• Oharai-taisai – Shinto
    A purification ceremony to cleanse believers from offenses committed during the first half of the year. A large ring of woven grasses and reeds is placed at the entrance to Shinto shrines, and people walk through the ring as a symbol of inner purification.


Friday, July 31

  • Kamál – Bahá’í
    The beginning of the eighth month of the Bahá’í year, meaning “perfection.”


Monday, August 1

  • Lughnassadh [Lammas] – Wicca
    The harvest of first fruits, celebrating the harvest of corn and wheat. Wiccan practitioners see this time as a signal of the god Lugh’s decline of strength as the sun rises farther south each day, while the Goddess witnesses this season with sorrow and joy. It is both a somber and celebratory feast day.


Saturday, August 6

  • Feast of the Transfiguration – Christianity (Western and Eastern churches)
    Celebrates the manifestation of Jesus’ divinity as God’s Son to his disciples Peter, James, and John on Mount Tabor.


Monday, August 8

  • Fravardeghan Days [Muktad] begin – Zoroastrianism
    A time of memorializing one’s ancestors in preparation for Nowruz [see August 18], according to Zoroastrians who follow the Shenshai calendar.


Saturday, August 13

  • Tisha B’Av – Judaism
    A solemn day of mourning and fasting for the destruction of the First and Second Temples in Jerusalem, as well as other tragedies in Jewish history coinciding with this date, beginning at sundown.


Monday, August 15

  • Assumption of the Virgin Mary – Christianity [Catholic churches]
    According to the Catholic Church, this day commemorates how, at the end of her life, Jesus’ mother Mary was assumed—body and soul—into heaven, where she intercedes for all believers.


Monday, August 15

  • Dormition of the Theotokos or Most Holy Mother of God – Christianity [Orthodox churches]
    According to the Orthodox Church, this day marks Mary’s death and resurrection by God, as a sign to all believers of their ultimate destiny.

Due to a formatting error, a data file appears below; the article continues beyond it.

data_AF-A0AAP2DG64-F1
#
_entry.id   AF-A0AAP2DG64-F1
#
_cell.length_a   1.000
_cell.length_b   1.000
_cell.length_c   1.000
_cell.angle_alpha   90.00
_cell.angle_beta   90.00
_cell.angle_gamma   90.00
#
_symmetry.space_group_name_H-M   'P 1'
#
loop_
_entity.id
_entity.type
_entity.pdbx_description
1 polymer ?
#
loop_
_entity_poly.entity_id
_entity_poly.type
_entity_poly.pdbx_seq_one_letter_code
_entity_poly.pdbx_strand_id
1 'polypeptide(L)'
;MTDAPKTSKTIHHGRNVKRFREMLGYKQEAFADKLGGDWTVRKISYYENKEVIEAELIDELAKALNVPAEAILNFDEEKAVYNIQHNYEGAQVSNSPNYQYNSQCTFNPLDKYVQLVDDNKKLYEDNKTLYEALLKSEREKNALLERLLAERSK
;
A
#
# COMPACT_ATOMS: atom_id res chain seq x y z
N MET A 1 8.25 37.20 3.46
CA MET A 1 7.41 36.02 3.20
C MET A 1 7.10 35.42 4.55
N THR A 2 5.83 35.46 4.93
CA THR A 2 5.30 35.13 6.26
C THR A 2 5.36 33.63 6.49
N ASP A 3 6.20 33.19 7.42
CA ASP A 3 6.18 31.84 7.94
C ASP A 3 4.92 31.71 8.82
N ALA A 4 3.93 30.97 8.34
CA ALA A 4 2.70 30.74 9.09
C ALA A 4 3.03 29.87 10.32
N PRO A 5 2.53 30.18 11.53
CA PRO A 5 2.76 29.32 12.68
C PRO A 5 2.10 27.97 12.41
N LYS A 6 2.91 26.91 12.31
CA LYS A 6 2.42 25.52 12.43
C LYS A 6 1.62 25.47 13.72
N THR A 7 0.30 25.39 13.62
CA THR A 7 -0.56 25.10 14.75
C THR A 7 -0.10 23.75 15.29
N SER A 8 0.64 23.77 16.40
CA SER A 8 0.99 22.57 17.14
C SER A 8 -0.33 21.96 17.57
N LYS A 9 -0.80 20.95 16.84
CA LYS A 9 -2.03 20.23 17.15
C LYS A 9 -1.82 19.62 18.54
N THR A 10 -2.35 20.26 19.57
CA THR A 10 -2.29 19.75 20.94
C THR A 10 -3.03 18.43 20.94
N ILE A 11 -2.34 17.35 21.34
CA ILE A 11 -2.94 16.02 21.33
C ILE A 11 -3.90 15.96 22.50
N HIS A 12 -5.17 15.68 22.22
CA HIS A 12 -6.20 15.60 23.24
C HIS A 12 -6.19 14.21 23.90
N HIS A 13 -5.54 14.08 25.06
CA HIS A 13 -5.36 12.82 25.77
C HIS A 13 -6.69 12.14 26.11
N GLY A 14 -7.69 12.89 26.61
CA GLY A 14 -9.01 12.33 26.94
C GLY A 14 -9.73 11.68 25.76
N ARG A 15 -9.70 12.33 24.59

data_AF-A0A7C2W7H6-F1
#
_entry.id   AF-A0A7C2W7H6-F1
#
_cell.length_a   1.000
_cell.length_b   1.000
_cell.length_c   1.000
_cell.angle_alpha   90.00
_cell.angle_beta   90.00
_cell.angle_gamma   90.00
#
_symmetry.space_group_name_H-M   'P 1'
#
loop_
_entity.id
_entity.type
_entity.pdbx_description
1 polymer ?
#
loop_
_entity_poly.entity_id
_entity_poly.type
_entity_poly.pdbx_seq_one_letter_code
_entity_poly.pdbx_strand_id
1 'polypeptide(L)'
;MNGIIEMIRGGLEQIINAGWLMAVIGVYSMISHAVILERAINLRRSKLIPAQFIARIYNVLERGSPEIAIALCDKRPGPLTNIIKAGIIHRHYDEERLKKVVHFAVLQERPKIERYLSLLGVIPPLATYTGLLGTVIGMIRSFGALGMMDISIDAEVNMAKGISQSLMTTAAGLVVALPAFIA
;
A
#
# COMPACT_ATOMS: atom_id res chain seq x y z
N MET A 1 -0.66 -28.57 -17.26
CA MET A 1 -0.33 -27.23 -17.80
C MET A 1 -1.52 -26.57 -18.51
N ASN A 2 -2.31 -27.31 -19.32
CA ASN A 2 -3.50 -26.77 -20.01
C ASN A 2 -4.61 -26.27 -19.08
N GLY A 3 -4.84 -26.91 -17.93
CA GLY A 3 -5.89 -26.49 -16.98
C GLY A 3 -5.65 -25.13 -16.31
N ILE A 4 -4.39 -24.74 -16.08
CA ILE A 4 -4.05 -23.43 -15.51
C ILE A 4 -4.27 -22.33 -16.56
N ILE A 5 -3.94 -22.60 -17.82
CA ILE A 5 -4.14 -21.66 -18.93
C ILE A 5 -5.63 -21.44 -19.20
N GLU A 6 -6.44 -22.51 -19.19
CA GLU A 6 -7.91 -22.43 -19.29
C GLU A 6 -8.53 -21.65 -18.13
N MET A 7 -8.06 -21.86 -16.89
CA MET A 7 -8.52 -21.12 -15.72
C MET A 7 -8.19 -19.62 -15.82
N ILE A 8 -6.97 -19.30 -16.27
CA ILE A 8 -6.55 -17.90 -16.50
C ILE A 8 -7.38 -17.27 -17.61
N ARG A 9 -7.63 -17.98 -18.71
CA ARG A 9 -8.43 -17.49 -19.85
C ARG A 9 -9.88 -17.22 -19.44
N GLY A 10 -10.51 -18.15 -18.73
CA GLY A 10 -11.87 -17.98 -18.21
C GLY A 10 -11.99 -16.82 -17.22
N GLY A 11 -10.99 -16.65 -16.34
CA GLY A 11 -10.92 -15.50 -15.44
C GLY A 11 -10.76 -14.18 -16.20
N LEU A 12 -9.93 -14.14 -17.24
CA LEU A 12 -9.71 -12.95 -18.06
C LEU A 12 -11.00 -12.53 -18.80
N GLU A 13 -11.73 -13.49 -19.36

• Dormition of the Theotokos or Most Holy Mother of God – Christianity [Orthodox churches]
    According to the Orthodox Church, this day marks Mary’s death and resurrection by God, as a sign to all believers of their ultimate destiny.


Wednesday, August 17

  • Zhōngyuán Jié [Ghost Festival] – Taoism
    According to Chinese Taoist belief, this day is when deceased ancestors visit the homes of the living. Families prepare feasts and set tables with empty chairs so that the living and the dead can share the meal together.

  • Ullambana – Buddhism
    A day when Buddhists make offerings to the Triple Gem—the Buddha, the Dharma [teachings], and the Sangha [monastic community]—on behalf of their ancestors.


Thursday, August 18

  • Narali Purnima or Rakhi or Raksha Bandhan – Hinduism
    Celebrating the end of monsoon season, marked by throwing coconuts to Varuna, the sea god. During this festival, girls and women tie amulets on their brothers’ wrists for protection against evil.

  • Nowruz – Zoroastrianism
    The start of the New Year for Zoroastrians who follow the Shenshai calendar, beginning the year 1386 AY [After Yazdegird III, the last of the Persian Zoroastrian monarchs].


Friday, August 19

  • Asmā’ – Bahá’í
    The beginning of the ninth month of the Bahá’í year, meaning “names.”


Monday, August 22

  • Khordad Sal – Zoroastrianism
    The birth anniversary of the prophet Zarathustra (Zoroaster), according to the Shenshai calendar.


Thursday, August 25

  • Sri Krishna Jayanti or Krishna Janmashtami – Hinduism
    A festival celebrating the birth of Krishna, the eighth incarnation of the god Vishnu, whose purpose was to destroy the demon Kansa who was responsible for evil’s increase in the world.


Friday, August 26

  • Festival of Ksitigarbha (Jizō) Bodhisattva – Buddhism
    Celebrating Ksitigarbha (Jizō) Bodhisattva, the savior of beings who suffer in the hellish realms, as well as the guardian of expectant mothers, travelers, and deceased children in Japanese culture.


Friday, August 26

  • Festival of Ksitigarbha (Jizō) Bodhisattva – Buddhism
    Celebrating Ksitigarbha (Jizō) Bodhisattva, the savior of beings who suffer in the hellish realms, as well as the guardian of expectant mothers, travelers, and deceased children in Japanese culture.


Monday, August 29

  • Paryushana-parva begins [until Monday, September 5] – Jainism
    The holiest period of the year for the ascetic Shvetambara sect, this festival celebrates Jain ideals through fasting, worship, and reading the life-story of Lord Mahavira from the Kalpasutra.

 

If you want more information about any of these holy days, please contact UCSF Medical Center Spiritual Care Services at 415-353-1941 (Rev. Dr. Peter Yuichi Clark)

Our thanks to the Council of Religious Leaders of Metropolitan Chicago, the Multifaith Action Society of British Columbia (Canada), BBC’s Religion Website, Peel Schools District Board (Mississauga, Ontario, Canada), the Arizona State University Provost’s Office, the NCCJ of the Piedmont Triad, and www.interfaithcalendar.org

To subscribe to this calendar and sync it with your Google, Outlook, or iCal calendars, visit http://ucsfspiritcare.org and select the “Resources” menu

·         Birthday of the Prophet Joseph Smith – Church of Jesus Christ of Latter-day Saints